$25.99
ISBN: 9781492685852
Availability: On Our Shelves as of 9am Today
Published: Sourcebooks - August 13th, 2019

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Savage Appetites: Four True Stories of Women, Crime, and Obsession Cover Image
$26.00
ISBN: 9781501188886
Availability: Usually Ships in 1-5 Days
Published: Scribner - August 20th, 2019

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Imaginary Friend Cover Image
$30.00
ISBN: 9781538731338
Availability: On Our Shelves as of 9am Today
Published: Grand Central Publishing - October 1st, 2019

The Name of the Wind (Kingkiller Chronicle #1) Cover Image
$10.99
ISBN: 9780756404741
Availability: Usually Ships in 1-5 Days
Published: DAW - April 1st, 2008

My Year of Rest and Relaxation: A Novel Cover Image
$16.00
ISBN: 9780525522133
Availability: On Our Shelves as of 9am Today
Published: Penguin Books - June 25th, 2019

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Lady Derring Takes a Lover: The Palace of Rogues Cover Image
$7.99
ISBN: 9780062867469
Availability: Usually Ships in 1-5 Days
Published: Avon - February 26th, 2019

The Poet X Cover Image
$17.99
ISBN: 9780062662804
Availability: Usually Ships in 1-5 Days
Published: Quill Tree Books - March 6th, 2018

Staff Pick Badge
Braiding Sweetgrass Cover Image
$18.00
ISBN: 9781571313560
Availability: On Our Shelves as of 9am Today
Published: Milkweed Editions - September 1st, 2014

Staff Pick Badge
Gideon the Ninth (The Locked Tomb Trilogy #1) Cover Image
$25.99
ISBN: 9781250313195
Availability: On Our Shelves as of 9am Today
Published: Tor.com - September 10th, 2019

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Q&A with Pete Fromm for A Job You Mostly Won't Know How to Do

We are very excited to welcome Pete Fromm back to the Country Bookshelf on June 11th for his new novel - A Job You Mostly Won’t Know How to Do. Bookseller Wendy Blake loved it:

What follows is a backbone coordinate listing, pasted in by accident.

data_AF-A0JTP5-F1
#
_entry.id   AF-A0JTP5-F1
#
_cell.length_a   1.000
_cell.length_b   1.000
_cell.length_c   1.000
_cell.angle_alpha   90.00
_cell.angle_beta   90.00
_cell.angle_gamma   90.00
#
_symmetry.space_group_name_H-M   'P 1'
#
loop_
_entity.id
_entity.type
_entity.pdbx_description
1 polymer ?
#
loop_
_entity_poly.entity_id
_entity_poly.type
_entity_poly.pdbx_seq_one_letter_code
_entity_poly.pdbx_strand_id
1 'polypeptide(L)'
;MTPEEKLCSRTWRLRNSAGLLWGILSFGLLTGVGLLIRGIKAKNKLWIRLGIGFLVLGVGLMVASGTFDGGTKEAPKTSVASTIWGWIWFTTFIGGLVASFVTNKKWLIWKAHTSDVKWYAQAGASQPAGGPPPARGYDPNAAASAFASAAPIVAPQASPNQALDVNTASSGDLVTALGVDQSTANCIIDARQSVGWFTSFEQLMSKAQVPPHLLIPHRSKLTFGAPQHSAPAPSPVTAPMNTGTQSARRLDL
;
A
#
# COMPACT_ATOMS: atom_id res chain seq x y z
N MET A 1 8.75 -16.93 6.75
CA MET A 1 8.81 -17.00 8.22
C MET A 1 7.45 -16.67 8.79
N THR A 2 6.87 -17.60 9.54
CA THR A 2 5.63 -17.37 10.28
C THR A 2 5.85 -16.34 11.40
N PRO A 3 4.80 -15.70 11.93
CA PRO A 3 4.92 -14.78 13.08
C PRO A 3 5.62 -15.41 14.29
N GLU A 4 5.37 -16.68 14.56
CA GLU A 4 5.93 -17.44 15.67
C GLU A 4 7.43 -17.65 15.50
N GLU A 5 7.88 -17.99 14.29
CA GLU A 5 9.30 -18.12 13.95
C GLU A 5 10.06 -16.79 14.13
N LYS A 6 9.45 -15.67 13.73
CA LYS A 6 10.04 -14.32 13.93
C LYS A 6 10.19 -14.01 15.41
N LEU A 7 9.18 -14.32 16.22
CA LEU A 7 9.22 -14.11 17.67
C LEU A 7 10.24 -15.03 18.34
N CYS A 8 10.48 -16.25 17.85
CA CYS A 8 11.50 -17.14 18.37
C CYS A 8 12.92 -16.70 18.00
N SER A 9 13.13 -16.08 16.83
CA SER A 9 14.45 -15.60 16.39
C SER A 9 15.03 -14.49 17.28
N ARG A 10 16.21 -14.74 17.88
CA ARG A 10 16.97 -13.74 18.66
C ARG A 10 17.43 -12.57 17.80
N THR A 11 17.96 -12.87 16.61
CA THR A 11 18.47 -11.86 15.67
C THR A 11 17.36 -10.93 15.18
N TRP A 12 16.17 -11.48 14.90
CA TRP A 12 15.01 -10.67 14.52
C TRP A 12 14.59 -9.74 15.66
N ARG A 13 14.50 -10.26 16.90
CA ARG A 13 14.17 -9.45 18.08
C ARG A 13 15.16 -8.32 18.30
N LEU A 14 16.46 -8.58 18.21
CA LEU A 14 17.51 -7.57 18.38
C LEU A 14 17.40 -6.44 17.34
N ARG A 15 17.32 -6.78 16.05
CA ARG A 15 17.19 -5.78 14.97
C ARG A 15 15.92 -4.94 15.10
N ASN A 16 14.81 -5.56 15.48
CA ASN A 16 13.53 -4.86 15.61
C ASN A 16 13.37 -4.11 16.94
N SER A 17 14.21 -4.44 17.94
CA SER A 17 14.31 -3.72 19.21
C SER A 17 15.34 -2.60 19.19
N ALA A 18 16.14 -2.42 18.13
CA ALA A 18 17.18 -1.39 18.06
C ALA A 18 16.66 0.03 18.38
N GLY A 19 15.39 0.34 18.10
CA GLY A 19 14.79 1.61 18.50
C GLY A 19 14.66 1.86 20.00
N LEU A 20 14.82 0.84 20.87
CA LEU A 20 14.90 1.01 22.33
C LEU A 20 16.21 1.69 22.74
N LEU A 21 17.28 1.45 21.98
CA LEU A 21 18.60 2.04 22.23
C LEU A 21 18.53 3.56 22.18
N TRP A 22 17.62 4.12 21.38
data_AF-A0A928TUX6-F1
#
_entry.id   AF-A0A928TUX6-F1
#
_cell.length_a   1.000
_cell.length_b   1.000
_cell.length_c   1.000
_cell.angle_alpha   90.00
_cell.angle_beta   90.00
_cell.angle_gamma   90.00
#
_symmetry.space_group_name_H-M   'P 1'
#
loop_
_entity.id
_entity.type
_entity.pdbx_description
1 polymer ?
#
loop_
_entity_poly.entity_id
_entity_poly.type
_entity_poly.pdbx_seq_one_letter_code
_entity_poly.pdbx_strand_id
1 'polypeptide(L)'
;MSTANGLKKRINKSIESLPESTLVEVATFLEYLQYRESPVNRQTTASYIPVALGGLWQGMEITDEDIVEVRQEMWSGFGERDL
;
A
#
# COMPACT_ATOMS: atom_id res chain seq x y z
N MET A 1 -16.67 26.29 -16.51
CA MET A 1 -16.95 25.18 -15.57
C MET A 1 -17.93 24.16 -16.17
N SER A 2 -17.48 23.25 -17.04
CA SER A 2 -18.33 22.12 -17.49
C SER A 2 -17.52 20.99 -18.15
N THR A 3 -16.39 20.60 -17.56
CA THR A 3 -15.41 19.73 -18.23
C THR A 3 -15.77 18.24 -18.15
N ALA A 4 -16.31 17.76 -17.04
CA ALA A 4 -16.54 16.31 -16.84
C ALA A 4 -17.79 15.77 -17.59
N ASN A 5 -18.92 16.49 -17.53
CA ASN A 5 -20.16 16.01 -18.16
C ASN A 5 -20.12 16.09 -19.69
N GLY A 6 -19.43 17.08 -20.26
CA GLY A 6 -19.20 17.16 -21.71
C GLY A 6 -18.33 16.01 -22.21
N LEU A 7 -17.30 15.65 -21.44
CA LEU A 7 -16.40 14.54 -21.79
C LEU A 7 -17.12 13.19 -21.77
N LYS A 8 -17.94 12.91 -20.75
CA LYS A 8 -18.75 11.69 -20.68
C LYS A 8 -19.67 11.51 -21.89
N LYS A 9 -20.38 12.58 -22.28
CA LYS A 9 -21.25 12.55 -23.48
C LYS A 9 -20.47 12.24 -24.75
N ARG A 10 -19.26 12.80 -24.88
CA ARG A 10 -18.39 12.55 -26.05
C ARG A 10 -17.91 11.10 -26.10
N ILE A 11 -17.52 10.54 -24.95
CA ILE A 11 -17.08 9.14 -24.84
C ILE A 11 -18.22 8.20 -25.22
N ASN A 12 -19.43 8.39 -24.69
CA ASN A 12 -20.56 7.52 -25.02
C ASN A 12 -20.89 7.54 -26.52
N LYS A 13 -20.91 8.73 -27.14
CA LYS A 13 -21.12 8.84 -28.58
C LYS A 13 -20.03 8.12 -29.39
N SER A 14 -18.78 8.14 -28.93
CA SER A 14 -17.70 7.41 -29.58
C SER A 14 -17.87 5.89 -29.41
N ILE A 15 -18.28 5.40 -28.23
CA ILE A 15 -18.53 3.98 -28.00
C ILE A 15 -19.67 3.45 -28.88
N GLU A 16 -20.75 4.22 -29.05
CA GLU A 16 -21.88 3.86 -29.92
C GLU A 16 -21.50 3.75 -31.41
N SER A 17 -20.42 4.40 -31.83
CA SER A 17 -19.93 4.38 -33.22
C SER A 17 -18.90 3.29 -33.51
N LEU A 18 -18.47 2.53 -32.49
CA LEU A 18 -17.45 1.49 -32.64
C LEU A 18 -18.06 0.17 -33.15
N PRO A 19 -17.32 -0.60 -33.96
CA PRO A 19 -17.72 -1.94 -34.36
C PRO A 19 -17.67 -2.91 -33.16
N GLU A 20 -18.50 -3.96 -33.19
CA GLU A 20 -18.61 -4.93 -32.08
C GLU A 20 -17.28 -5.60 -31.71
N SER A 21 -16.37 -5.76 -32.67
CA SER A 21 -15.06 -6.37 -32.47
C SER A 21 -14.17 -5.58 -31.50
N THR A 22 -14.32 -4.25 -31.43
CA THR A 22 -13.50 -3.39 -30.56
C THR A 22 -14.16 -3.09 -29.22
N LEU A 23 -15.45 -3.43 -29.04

Marnie and Taz have it all-they love, laugh and work together, sneak off to swim at their secret spot, and now they are starting a family. But Marnie dies in childbirth, leaving Taz to cope with his incredible loss...and his new baby daughter. Following Taz's sometimes bumbling first two years as a father, I found myself laughing and crying on the same page. Pete Fromm writes so beautifully about the confusing mix of grief and love, and what being a family really means.

Wendy had a couple questions for Pete:

Wendy Blake: The river scenes first with Marnie and later with Midge are so wonderful! Can you tell us about your favorite rivers and how they wove their way into the book?

Pete Fromm: Some of my favorite rivers? Oh boy. I was a river ranger on the Snake in Grand Teton National Park for six years, floating it nearly every day, so that one's right up there, and even figured in my last novel, If Not for This. Another season on the Rio Grande, in Big Bend NP. A winter on the Selway. Countless trips on the Blackfoot, Bitterroot, Missouri, Smith, some on the Flatheads, Madison, Yellowstone, Salmon, Wind, Green. Really it gets ridiculous, but rivers have been a huge part of my life, so much so, that when Taz and Marnie found their perfect swimming hole it really became parts of several favorites of mine from Montana, Idaho and even Texas.